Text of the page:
doubt and once removed, we will feel safe and happy. The State understands that
we are first and foremost emotional creatures. That insight is the source of
their broad, vague powers and discretion.
We filter the
justification, defenses, words of State officials as they weave a pattern that
shows their actions are lawful, correct and in the interest of the State and its
citizens. Orwell taught that writers had a duty to challenge these State
manufactured patterns, deconstruct them, and offer original, alternative
patterns. You can read volumes of Internet commentary taking this road about the
official actions of the State in pursuing Aaron Swartz.
The best writers
communicate an essence of insight, meaning and purpose. They distinguish between
intuition and rationale, objective evidence. To use Daniel Kahneman’s
distinction, one is automatic, lazy thinking and the other is slow, deliberate
thinking. They are connected. The lattice of biases that we all have ultimately
shape and distort the way we think about reality.
The best books embody the
way people think and feel. A good novel or short story hits an emotional chord
in the reader that seems true.
The best books reflect
emotional attitudes as people bumped up against the reality found inside the
context where we live. The emotions we find floating above us include: Anger,
hostility, envy, suspicion, jealousy, suspicion and deception.
Crime novels embrace these
negative emotions and fine-tune them into stories where characters seek to
escape their context, their destiny, or their moment in history. No matter how
fast you write, the book is much slower than the click of a camera shutter, and
even at that speed there is a transformation captured and the reality that
follows that moment.
Orwell wrote that authors
have four reasons or motives to write:
egoism. The desire to appear clever, talked about, remembered after
death. The great mass of people are far less selfish than writers. Serious
authors are vain and self-centered.
enthusiasm. Perception of beauty in the patterns found in the exterior
word and converted into prose. The firmness of good prose, the rhythm of a good
story that carries you along.
impulse. To see things as they are outside of the filters, biases and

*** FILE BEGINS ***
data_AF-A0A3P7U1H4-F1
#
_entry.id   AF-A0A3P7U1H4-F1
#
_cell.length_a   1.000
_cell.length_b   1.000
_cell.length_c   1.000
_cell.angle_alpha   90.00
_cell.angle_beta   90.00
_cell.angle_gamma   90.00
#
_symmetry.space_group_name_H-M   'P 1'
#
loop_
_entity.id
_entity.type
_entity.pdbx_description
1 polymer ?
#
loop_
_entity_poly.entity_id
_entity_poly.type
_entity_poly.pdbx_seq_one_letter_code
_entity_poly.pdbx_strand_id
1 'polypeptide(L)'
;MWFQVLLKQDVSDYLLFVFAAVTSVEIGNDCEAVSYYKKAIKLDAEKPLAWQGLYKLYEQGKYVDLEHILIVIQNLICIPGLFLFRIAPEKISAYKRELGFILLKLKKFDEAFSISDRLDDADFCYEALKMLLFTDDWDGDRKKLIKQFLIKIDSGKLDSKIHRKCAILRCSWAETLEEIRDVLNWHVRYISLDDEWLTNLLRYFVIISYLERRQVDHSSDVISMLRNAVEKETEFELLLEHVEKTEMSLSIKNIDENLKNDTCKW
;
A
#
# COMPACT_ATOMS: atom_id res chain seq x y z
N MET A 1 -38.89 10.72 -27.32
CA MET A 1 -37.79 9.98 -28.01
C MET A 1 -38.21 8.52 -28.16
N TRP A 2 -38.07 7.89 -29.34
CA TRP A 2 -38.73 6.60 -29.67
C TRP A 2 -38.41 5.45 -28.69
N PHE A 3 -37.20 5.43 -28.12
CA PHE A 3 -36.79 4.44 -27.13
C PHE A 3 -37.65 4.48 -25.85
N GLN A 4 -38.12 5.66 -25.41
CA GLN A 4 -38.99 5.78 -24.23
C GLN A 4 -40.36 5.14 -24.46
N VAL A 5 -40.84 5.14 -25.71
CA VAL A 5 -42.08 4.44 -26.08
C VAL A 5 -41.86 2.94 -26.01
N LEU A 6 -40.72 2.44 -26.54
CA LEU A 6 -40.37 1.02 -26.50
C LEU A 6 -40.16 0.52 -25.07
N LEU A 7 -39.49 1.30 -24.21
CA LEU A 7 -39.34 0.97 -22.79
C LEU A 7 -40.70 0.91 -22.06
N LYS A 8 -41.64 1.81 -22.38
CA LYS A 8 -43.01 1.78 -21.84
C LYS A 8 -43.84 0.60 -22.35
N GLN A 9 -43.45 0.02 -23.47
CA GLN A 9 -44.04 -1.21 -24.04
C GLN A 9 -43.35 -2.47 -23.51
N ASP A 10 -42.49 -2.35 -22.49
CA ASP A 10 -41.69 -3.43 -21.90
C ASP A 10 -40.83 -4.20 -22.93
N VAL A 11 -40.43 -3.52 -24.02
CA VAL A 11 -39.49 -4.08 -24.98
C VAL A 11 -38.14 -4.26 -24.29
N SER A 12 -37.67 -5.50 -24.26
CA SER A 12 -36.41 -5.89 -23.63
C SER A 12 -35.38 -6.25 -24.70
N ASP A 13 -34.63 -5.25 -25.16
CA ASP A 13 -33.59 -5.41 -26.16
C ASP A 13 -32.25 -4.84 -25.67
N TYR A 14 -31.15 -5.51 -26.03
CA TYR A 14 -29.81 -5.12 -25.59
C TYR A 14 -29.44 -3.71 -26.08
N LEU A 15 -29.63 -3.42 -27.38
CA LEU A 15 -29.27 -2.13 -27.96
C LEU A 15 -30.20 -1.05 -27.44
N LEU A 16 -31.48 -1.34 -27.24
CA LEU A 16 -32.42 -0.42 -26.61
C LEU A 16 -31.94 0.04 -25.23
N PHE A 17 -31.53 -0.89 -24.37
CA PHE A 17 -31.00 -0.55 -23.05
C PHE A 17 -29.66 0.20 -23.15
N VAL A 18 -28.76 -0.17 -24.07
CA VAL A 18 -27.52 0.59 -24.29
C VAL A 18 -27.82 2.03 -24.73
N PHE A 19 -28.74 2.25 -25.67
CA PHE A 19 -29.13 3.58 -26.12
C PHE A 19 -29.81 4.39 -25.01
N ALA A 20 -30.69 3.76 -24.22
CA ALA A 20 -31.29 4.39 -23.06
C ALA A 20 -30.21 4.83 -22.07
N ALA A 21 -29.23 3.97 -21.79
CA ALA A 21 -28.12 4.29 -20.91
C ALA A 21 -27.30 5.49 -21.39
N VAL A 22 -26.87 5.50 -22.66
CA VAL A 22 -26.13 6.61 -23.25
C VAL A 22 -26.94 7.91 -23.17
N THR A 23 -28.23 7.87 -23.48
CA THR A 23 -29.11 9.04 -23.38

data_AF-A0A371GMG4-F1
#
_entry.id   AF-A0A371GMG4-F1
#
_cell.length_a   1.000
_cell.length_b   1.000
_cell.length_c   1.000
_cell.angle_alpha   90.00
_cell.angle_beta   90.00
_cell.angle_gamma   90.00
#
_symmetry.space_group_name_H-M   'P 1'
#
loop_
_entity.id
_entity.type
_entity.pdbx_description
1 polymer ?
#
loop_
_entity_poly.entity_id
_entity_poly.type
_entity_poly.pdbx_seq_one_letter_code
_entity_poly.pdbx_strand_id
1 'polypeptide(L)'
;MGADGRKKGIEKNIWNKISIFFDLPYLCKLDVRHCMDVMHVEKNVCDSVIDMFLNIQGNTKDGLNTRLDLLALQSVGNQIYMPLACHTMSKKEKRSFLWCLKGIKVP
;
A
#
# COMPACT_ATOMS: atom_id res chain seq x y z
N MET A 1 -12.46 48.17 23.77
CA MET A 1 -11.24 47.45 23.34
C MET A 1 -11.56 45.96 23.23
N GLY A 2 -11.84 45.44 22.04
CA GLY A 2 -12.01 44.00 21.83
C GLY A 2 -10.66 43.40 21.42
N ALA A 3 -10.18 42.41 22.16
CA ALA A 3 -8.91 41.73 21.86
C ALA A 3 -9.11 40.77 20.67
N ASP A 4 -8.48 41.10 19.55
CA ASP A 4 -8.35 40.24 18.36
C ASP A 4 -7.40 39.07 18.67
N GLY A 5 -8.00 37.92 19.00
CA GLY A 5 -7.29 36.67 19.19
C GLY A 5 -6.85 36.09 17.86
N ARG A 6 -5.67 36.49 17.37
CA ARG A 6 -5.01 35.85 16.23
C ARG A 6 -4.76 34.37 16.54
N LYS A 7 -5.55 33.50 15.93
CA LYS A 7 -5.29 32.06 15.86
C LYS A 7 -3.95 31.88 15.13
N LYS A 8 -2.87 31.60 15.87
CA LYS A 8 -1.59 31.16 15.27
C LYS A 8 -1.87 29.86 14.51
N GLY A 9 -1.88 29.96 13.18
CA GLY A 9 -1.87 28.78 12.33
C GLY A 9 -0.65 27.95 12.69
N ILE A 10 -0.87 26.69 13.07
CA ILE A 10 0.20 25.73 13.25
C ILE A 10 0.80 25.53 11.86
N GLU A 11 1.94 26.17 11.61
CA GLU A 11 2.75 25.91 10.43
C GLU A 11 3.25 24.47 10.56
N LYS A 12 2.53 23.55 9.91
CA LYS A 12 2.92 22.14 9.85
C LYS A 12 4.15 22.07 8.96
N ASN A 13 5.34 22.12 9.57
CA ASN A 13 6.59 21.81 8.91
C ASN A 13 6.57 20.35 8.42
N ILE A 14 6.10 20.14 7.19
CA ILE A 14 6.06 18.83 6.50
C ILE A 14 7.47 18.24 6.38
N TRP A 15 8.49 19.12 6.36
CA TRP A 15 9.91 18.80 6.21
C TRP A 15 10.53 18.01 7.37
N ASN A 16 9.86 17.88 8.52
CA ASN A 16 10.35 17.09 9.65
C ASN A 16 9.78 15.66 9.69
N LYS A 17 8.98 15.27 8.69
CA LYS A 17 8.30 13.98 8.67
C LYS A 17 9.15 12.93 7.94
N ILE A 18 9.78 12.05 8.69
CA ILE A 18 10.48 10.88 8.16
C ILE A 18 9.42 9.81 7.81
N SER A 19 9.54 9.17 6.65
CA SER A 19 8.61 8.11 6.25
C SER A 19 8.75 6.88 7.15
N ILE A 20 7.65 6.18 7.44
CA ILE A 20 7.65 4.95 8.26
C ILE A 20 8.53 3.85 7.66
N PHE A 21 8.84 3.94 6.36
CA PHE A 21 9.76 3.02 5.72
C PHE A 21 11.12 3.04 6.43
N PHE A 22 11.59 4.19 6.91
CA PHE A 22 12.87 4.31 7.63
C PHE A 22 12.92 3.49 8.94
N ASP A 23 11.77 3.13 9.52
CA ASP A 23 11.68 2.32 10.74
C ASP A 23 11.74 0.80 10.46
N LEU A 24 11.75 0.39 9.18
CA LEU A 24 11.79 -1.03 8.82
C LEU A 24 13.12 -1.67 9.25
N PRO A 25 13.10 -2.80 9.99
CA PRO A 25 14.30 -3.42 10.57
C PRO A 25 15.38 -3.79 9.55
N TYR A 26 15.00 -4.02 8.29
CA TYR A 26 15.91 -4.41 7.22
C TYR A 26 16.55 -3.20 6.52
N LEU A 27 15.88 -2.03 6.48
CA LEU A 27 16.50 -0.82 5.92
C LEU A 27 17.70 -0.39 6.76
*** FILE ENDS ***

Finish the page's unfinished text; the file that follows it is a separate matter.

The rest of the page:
prejudices that every context presents as barriers to truth.
purpose. To use words to push the world in a certain direction—to
shape or alter people’s idea of the kind of society we live in and whether that
society is fundamentally just and fair.
Psychology has advanced a
fifth reason Mindset Exploration to identify the connection
between our emotional, impulsive, intuitive mind and our deliberate, rationale
mind. To understand the interplay between the two aspects of our cognitive
resources that create our system beliefs we defend and define the perimeters of
Our impulses war against
one another and change over time, but our beliefs are difficult to shift even
when the evidence is clear that what we believe is false or wrong. The Aaron
Swartz suicide and background prosecution has ignited a debate about core
beliefs about the role of prosecutorial discretion, freedom of speech, the
nature of information, who owns it, has access to it, and can use and exploit
Context of Aaron Swartz’s death engages at the emotional level when the
distrust of State actors and their bona fides are in doubt. His death is used to
emotionally confirm our worst fears—the State is patrolling the products of our
mind and our actions seeking to find violations of laws. And the question being
asked is whose interests are being served in such prosecutions?
In The Orwell Brigade, a dozen authors, including Barbara Nadel,
Quentin Bates, and Matt Rees who blog on this site, have joined John Burdett,
Colin Cotterill, Ruth Dudley Edwards, Mike Lawson, Ernesto Mallo, and Gary
Phillips to reclaim the role of telling truth to authority, to examine abuse of
power, and to question the false histories and narratives officials use to
justify their decisions and policies. The traditional media have retreated to
the safety of entertainment and gossip to turn a profit. We have paid a high
price for that retreat. One positive legacy of Aaron Swartz’s life is this
questioning official exercise of power that once was done by journalists,
essayists, and novelists has spawn a thousands, if not millions of voices. It is
difficult even for the State to shut down, arrest, and lock up all of these
people. I suspect they will lie low, wait for the faint breeze of time to blow
away the anger. Once that happens the State, through its officials, will slowly
creep back and remind us that without them we will live in a State of